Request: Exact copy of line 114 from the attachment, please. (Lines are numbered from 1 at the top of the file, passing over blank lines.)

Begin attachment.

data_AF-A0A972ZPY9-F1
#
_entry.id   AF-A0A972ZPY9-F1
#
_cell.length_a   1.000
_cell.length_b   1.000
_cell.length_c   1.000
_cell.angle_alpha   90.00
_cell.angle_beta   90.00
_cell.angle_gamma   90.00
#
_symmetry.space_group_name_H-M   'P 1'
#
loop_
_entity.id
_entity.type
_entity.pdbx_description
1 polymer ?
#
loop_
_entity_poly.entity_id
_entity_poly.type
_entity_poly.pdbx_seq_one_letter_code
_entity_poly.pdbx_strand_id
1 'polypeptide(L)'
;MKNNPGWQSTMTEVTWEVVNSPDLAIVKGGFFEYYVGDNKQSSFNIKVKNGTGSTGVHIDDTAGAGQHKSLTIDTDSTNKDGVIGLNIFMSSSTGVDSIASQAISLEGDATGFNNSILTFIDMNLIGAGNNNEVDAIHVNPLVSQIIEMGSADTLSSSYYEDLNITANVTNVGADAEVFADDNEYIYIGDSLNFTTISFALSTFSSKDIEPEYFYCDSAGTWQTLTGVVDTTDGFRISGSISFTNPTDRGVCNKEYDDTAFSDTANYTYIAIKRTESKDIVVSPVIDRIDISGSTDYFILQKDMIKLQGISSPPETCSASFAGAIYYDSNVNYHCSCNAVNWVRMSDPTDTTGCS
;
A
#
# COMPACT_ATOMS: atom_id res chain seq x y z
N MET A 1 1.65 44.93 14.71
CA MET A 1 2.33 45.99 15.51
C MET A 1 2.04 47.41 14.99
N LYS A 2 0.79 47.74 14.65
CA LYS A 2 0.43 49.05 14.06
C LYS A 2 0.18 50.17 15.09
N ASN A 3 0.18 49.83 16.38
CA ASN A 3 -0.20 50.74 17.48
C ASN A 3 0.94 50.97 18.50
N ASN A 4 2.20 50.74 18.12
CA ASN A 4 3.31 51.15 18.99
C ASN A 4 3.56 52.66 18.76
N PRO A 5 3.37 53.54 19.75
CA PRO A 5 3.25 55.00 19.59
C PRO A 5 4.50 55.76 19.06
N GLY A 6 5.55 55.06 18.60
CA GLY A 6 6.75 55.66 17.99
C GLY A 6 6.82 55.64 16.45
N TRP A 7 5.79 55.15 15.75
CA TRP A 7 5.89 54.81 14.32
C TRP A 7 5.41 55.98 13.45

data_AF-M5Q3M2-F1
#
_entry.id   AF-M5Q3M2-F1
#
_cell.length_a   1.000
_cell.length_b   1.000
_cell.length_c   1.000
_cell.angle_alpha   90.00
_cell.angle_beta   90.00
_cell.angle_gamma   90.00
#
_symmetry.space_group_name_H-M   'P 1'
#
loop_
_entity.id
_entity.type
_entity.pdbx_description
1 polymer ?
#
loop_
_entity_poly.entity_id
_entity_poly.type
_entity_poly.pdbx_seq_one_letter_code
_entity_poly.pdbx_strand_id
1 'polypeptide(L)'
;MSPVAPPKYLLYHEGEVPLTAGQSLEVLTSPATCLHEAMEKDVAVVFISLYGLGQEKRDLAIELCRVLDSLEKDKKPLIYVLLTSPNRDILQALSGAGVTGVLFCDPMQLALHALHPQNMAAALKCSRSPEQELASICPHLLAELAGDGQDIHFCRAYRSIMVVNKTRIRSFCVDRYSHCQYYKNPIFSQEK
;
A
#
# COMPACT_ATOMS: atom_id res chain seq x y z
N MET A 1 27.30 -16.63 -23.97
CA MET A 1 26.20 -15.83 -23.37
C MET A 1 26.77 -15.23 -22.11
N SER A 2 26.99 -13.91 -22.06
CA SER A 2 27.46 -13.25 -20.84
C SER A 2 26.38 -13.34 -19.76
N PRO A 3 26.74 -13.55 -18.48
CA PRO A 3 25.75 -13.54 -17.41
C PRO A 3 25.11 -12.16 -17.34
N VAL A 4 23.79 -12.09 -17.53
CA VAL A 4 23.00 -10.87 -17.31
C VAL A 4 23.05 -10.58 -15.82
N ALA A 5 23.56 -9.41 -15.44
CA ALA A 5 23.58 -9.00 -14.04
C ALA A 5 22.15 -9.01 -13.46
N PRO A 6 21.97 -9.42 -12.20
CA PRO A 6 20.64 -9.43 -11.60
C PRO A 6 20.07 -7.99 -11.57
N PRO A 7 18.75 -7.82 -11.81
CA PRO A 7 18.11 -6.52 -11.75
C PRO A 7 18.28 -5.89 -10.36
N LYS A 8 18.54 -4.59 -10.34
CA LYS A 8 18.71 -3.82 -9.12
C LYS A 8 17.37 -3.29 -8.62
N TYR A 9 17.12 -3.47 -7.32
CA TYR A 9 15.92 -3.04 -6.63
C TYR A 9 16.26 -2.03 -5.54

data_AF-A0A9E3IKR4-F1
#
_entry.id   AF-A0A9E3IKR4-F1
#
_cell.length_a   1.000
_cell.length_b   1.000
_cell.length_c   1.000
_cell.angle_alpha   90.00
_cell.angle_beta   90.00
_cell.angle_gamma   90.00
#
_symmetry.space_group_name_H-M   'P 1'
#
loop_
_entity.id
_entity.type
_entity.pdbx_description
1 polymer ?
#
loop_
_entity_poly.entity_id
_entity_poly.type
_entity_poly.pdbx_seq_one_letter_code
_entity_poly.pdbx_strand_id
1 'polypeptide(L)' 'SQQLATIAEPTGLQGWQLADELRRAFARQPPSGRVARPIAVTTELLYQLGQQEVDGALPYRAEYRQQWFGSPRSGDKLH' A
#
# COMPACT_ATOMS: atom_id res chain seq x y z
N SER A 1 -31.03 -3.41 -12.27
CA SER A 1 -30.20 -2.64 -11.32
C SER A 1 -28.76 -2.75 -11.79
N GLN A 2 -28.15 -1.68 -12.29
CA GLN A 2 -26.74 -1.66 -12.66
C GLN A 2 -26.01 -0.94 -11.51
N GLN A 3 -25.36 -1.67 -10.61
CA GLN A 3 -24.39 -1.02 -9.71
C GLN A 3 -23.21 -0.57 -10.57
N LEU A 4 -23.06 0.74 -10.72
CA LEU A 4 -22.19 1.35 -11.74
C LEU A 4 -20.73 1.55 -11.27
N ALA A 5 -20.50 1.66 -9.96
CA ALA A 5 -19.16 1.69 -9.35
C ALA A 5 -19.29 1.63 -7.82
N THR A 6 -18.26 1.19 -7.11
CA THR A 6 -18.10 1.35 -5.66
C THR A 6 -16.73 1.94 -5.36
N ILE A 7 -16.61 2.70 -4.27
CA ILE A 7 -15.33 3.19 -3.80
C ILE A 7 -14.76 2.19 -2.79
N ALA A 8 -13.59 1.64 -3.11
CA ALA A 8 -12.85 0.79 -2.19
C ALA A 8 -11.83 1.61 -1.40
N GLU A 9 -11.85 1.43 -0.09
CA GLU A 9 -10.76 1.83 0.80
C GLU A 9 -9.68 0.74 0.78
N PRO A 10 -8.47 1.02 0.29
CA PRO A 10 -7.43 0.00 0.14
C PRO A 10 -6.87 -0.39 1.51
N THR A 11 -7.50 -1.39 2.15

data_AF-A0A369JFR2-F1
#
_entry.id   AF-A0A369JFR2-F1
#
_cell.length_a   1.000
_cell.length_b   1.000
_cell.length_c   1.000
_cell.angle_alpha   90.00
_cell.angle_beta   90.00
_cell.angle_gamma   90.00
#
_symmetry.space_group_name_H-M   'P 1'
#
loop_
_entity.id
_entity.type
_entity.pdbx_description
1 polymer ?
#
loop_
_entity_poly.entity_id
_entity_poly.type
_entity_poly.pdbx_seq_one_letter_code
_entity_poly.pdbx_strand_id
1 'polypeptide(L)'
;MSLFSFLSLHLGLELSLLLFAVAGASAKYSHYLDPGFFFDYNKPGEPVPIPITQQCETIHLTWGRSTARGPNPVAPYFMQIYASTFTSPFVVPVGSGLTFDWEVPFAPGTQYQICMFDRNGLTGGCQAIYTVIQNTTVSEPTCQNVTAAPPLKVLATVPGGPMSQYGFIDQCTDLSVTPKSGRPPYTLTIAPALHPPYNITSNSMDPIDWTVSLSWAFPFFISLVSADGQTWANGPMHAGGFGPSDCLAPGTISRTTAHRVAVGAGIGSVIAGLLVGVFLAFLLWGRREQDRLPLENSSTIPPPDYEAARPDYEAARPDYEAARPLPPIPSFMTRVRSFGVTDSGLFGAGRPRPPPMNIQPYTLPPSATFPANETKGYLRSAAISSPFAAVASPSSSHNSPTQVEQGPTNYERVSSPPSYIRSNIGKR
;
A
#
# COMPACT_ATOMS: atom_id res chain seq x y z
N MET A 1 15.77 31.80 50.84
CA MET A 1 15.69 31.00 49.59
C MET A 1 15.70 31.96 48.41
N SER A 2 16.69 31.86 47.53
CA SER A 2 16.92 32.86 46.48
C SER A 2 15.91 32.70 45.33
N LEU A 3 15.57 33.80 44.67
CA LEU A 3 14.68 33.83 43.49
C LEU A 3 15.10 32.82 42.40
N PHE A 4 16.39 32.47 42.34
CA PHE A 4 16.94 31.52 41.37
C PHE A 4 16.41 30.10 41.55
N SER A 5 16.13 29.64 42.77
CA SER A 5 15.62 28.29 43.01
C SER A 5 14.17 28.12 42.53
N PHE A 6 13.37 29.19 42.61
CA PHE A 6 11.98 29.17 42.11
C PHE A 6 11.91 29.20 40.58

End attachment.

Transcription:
_cell.length_b   1.000